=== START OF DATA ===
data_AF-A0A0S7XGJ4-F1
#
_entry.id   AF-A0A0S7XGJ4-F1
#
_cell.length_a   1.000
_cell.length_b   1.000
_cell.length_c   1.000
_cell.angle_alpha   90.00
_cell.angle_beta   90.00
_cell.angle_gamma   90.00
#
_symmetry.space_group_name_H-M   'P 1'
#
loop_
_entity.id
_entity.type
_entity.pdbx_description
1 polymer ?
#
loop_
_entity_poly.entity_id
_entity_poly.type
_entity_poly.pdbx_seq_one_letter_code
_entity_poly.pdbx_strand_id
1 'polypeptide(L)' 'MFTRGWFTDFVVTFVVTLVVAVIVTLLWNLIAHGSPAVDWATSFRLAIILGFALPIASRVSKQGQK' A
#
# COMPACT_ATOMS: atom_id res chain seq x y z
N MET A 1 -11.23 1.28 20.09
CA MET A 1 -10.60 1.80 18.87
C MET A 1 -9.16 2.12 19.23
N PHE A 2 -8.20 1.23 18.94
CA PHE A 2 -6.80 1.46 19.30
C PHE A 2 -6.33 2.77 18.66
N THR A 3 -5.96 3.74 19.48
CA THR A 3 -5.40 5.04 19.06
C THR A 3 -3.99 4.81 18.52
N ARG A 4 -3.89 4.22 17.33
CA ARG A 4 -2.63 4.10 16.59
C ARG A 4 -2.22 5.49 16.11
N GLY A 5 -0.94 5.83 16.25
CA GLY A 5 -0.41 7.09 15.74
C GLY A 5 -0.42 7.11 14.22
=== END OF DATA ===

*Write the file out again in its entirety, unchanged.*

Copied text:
data_AF-A0A0S7XGJ4-F1
#
_entry.id   AF-A0A0S7XGJ4-F1
#
_cell.length_a   1.000
_cell.length_b   1.000
_cell.length_c   1.000
_cell.angle_alpha   90.00
_cell.angle_beta   90.00
_cell.angle_gamma   90.00
#
_symmetry.space_group_name_H-M   'P 1'
#
loop_
_entity.id
_entity.type
_entity.pdbx_description
1 polymer ?
#
loop_
_entity_poly.entity_id
_entity_poly.type
_entity_poly.pdbx_seq_one_letter_code
_entity_poly.pdbx_strand_id
1 'polypeptide(L)' 'MFTRGWFTDFVVTFVVTLVVAVIVTLLWNLIAHGSPAVDWATSFRLAIILGFALPIASRVSKQGQK' A
#
# COMPACT_ATOMS: atom_id res chain seq x y z
N MET A 1 -11.23 1.28 20.09
CA MET A 1 -10.60 1.80 18.87
C MET A 1 -9.16 2.12 19.23
N PHE A 2 -8.20 1.23 18.94
CA PHE A 2 -6.80 1.46 19.30
C PHE A 2 -6.33 2.77 18.66
N THR A 3 -5.96 3.74 19.48
CA THR A 3 -5.40 5.04 19.06
C THR A 3 -3.99 4.81 18.52
N ARG A 4 -3.89 4.22 17.33
CA ARG A 4 -2.63 4.10 16.59
C ARG A 4 -2.22 5.49 16.11
N GLY A 5 -0.94 5.83 16.25
CA GLY A 5 -0.41 7.09 15.74
C GLY A 5 -0.42 7.11 14.22